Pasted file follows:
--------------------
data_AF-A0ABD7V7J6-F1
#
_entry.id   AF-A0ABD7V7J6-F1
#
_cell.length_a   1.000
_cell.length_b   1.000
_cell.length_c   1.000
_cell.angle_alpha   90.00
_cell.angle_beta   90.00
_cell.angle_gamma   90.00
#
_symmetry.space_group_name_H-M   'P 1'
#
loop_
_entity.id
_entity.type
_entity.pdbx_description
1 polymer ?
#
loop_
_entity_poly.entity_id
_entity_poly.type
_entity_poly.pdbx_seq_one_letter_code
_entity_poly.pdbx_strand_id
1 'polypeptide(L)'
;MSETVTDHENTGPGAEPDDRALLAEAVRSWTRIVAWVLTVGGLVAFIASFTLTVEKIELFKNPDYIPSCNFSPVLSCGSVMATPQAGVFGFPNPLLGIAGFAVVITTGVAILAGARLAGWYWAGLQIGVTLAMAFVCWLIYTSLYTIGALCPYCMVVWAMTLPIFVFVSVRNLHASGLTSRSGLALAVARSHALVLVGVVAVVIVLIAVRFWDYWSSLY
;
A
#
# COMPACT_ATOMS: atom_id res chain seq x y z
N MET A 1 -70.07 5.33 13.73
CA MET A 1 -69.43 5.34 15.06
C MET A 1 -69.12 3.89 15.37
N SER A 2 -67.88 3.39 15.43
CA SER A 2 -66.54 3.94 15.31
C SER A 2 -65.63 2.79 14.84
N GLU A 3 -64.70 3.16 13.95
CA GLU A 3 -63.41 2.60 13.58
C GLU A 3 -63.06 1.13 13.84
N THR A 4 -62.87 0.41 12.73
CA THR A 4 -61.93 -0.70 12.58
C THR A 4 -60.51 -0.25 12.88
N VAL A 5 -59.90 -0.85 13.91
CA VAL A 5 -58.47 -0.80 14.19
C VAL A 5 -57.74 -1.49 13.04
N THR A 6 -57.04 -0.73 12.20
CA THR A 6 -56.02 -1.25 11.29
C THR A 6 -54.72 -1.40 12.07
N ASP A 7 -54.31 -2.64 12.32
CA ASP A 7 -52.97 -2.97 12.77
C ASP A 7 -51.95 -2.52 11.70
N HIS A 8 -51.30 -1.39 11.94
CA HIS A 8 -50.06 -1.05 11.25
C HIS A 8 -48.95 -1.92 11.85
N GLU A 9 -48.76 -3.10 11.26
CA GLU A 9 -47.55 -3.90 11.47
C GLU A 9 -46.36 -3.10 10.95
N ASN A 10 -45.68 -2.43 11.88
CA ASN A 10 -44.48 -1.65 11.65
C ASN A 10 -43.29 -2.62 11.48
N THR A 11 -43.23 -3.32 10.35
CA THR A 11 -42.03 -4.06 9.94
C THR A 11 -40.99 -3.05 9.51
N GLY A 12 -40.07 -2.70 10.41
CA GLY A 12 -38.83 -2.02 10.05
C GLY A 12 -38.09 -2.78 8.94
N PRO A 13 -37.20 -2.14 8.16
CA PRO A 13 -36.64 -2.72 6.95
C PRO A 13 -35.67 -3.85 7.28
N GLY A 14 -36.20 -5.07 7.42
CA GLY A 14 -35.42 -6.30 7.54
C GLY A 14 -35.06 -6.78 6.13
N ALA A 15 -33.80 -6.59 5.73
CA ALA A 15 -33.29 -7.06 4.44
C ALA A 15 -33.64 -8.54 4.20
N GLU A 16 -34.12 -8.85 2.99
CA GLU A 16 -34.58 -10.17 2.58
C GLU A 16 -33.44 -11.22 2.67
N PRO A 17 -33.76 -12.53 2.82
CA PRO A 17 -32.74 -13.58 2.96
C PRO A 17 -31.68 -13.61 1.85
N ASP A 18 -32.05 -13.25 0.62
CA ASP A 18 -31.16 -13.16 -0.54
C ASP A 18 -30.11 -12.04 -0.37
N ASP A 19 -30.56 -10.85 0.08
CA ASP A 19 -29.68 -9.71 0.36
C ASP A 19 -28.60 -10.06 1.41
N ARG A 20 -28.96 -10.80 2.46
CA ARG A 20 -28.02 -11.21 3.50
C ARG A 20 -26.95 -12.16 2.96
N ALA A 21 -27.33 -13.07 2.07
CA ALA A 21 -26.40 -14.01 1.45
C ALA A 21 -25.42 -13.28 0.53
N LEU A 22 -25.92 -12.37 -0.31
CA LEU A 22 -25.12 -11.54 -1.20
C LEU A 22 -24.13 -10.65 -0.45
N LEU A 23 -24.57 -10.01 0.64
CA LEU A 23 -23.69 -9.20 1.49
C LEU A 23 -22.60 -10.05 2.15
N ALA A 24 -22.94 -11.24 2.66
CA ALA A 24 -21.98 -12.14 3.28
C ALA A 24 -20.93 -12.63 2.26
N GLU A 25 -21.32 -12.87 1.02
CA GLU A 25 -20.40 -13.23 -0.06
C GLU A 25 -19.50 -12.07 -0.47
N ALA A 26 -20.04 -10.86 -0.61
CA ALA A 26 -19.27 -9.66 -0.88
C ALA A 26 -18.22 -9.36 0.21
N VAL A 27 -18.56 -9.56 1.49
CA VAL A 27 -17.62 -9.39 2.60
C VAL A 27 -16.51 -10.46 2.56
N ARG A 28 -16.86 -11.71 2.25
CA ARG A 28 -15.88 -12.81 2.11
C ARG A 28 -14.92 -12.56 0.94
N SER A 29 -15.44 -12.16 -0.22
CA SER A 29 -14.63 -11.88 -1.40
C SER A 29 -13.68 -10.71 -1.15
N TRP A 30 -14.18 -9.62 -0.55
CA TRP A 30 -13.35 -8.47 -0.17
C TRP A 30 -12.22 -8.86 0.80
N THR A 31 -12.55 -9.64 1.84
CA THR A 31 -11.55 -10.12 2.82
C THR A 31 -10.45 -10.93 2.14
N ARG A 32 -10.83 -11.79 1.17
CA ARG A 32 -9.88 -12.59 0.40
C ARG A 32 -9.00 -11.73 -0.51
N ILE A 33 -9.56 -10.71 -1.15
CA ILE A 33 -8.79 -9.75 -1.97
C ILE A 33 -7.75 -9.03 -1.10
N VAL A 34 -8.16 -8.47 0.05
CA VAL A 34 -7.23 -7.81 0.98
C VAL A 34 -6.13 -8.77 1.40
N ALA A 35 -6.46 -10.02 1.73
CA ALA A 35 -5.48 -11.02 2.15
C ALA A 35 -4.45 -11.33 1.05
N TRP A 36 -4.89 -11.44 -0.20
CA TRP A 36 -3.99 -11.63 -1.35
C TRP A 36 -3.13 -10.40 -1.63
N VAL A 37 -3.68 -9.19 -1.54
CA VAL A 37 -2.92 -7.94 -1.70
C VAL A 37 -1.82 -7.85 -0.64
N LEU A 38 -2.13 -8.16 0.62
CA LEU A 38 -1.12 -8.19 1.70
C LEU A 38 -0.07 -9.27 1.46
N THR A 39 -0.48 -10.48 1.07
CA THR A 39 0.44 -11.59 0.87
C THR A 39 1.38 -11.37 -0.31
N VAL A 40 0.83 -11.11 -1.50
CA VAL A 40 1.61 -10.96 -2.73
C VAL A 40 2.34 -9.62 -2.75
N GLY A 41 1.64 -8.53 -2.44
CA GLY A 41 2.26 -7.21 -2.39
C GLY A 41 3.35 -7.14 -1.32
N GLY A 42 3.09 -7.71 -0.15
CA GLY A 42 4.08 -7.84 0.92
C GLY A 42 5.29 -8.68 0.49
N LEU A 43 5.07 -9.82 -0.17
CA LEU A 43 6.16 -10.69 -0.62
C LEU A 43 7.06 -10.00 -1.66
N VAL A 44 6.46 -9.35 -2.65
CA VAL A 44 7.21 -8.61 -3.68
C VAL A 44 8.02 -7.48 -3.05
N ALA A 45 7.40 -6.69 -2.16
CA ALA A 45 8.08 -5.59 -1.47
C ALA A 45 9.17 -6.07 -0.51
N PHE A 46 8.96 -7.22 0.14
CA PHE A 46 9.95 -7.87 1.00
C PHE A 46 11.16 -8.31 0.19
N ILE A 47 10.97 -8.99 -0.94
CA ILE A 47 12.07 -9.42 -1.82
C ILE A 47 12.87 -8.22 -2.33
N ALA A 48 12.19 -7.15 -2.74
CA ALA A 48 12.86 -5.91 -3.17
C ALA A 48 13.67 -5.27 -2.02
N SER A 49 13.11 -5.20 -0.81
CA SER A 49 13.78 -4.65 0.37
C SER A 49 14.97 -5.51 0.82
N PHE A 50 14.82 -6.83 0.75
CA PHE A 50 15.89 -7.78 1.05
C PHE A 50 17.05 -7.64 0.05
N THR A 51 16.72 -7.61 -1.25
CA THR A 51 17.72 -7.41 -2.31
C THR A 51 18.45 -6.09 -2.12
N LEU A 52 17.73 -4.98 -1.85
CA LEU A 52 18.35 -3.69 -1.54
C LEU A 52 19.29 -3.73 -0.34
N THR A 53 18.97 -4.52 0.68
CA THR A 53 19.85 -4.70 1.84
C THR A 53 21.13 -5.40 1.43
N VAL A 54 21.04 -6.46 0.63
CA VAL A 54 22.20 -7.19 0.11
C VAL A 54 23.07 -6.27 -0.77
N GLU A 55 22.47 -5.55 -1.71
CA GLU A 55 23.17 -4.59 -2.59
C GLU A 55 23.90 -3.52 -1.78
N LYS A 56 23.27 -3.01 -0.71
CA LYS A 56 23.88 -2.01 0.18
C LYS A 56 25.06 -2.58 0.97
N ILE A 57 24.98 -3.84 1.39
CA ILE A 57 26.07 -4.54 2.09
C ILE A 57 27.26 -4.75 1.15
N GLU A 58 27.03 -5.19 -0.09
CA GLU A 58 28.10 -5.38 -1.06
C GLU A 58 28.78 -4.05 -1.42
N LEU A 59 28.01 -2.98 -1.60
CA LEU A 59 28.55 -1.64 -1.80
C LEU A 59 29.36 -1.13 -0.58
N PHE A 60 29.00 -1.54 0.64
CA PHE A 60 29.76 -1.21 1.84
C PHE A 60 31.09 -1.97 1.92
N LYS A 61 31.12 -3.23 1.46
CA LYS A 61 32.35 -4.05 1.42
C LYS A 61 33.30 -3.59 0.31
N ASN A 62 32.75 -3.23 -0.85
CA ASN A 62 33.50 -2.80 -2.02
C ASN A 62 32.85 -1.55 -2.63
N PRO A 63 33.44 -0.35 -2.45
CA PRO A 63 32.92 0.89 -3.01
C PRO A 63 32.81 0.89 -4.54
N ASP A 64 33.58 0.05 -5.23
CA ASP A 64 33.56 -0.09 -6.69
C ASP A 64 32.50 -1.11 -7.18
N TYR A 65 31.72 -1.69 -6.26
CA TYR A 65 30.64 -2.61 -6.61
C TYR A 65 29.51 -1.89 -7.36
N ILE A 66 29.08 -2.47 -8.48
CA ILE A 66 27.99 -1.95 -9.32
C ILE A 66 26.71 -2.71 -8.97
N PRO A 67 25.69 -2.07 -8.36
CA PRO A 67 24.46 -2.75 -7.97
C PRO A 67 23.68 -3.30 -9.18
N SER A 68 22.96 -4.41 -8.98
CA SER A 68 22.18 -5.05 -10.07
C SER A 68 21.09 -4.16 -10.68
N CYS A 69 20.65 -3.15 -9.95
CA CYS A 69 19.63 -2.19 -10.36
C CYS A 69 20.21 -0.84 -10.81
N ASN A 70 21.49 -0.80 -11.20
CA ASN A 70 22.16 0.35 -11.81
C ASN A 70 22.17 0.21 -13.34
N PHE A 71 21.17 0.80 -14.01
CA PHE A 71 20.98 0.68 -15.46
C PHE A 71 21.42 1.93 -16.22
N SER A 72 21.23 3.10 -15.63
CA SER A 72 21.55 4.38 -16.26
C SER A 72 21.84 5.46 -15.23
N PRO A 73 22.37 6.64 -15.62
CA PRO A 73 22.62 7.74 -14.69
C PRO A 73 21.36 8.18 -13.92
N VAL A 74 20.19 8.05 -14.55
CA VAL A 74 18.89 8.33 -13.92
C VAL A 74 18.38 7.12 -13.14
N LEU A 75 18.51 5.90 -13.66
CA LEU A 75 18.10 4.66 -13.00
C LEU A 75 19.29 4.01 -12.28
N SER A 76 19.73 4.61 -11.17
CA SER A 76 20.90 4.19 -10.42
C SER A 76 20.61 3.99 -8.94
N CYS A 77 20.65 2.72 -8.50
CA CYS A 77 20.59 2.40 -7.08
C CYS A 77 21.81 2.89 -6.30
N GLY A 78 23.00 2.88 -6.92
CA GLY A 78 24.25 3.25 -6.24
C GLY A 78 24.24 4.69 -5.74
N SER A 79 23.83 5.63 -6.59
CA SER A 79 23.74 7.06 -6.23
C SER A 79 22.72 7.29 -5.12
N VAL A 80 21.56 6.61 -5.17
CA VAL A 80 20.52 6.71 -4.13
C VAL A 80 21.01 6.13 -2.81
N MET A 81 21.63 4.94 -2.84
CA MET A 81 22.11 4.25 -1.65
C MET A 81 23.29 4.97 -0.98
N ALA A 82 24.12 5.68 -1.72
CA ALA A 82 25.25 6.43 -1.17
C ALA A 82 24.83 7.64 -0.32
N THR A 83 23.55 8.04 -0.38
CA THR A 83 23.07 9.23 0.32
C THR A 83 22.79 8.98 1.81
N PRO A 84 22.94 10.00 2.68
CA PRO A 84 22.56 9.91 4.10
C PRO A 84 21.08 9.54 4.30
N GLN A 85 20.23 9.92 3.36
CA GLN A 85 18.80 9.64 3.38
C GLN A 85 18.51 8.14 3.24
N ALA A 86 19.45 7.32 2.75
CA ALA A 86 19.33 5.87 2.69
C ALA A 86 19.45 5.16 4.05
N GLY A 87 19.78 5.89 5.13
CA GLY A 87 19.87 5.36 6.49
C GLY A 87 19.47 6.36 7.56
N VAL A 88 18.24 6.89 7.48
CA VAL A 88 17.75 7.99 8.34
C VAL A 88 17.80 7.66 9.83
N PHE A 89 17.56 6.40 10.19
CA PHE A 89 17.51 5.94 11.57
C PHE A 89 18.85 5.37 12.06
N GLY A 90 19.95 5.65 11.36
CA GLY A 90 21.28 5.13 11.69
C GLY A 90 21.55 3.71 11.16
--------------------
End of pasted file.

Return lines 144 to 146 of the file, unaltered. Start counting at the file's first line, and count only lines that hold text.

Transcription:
C LEU A 38 -0.07 -9.27 1.46
N THR A 39 -0.48 -10.48 1.07
CA THR A 39 0.44 -11.59 0.87